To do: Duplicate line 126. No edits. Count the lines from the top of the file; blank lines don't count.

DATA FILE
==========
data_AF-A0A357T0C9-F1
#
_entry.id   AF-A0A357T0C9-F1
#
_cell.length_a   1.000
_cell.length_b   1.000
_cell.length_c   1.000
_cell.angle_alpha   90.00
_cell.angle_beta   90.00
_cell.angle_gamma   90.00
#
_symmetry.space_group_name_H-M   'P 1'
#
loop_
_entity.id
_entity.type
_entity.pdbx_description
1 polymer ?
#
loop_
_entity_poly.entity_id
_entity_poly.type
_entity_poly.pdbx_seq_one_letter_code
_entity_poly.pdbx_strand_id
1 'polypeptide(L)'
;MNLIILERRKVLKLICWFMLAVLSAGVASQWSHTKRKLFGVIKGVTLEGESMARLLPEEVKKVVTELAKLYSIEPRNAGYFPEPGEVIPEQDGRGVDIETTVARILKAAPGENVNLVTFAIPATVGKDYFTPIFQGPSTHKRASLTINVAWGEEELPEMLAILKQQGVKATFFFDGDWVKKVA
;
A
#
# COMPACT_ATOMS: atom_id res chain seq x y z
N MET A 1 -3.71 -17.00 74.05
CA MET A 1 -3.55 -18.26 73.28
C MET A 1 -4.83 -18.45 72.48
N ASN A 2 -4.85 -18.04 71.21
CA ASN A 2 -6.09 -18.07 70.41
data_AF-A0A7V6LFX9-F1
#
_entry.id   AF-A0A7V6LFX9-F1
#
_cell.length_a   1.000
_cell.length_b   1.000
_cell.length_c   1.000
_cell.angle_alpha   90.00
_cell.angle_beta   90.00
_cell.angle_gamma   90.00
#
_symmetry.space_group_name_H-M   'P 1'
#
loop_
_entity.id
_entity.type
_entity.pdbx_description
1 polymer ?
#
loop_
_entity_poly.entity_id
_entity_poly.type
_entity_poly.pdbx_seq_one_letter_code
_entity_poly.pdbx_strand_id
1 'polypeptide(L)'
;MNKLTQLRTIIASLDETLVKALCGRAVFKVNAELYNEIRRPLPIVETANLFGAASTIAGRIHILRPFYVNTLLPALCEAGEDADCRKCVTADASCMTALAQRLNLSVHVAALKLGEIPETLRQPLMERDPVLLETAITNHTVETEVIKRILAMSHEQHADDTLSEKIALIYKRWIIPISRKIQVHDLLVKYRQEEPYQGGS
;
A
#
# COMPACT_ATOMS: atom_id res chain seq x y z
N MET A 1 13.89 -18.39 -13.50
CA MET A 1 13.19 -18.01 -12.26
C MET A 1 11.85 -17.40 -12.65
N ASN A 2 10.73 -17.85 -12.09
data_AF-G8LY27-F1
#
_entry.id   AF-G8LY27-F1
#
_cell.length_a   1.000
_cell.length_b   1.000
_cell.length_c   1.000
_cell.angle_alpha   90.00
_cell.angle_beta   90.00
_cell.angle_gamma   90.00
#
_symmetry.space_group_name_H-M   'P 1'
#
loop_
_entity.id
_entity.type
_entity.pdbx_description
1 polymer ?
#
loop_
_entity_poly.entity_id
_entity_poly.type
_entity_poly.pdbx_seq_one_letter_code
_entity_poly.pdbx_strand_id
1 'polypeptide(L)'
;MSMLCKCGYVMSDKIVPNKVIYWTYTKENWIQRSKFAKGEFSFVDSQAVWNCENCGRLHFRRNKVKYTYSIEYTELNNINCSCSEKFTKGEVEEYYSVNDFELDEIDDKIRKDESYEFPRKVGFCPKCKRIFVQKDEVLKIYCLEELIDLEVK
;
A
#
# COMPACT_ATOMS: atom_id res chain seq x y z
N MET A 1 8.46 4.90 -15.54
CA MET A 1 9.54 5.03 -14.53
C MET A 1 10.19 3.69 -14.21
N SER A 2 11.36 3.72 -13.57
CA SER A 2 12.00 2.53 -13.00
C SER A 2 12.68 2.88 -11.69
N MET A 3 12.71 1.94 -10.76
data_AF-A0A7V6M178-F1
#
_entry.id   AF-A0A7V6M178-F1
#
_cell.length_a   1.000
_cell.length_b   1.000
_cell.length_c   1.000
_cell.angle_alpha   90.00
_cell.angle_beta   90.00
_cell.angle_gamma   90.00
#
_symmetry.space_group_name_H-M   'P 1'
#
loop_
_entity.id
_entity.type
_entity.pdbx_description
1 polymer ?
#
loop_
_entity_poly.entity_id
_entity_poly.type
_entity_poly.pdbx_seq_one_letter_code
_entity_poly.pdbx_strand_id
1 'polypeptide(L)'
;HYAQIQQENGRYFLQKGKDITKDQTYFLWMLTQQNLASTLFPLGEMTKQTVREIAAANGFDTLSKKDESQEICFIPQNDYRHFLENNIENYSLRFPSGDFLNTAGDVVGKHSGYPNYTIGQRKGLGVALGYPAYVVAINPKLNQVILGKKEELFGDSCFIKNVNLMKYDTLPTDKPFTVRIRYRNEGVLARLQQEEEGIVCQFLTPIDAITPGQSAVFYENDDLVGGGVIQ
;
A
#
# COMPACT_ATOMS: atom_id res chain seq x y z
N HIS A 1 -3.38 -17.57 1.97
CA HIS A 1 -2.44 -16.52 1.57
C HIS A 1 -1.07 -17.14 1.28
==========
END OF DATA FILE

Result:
loop_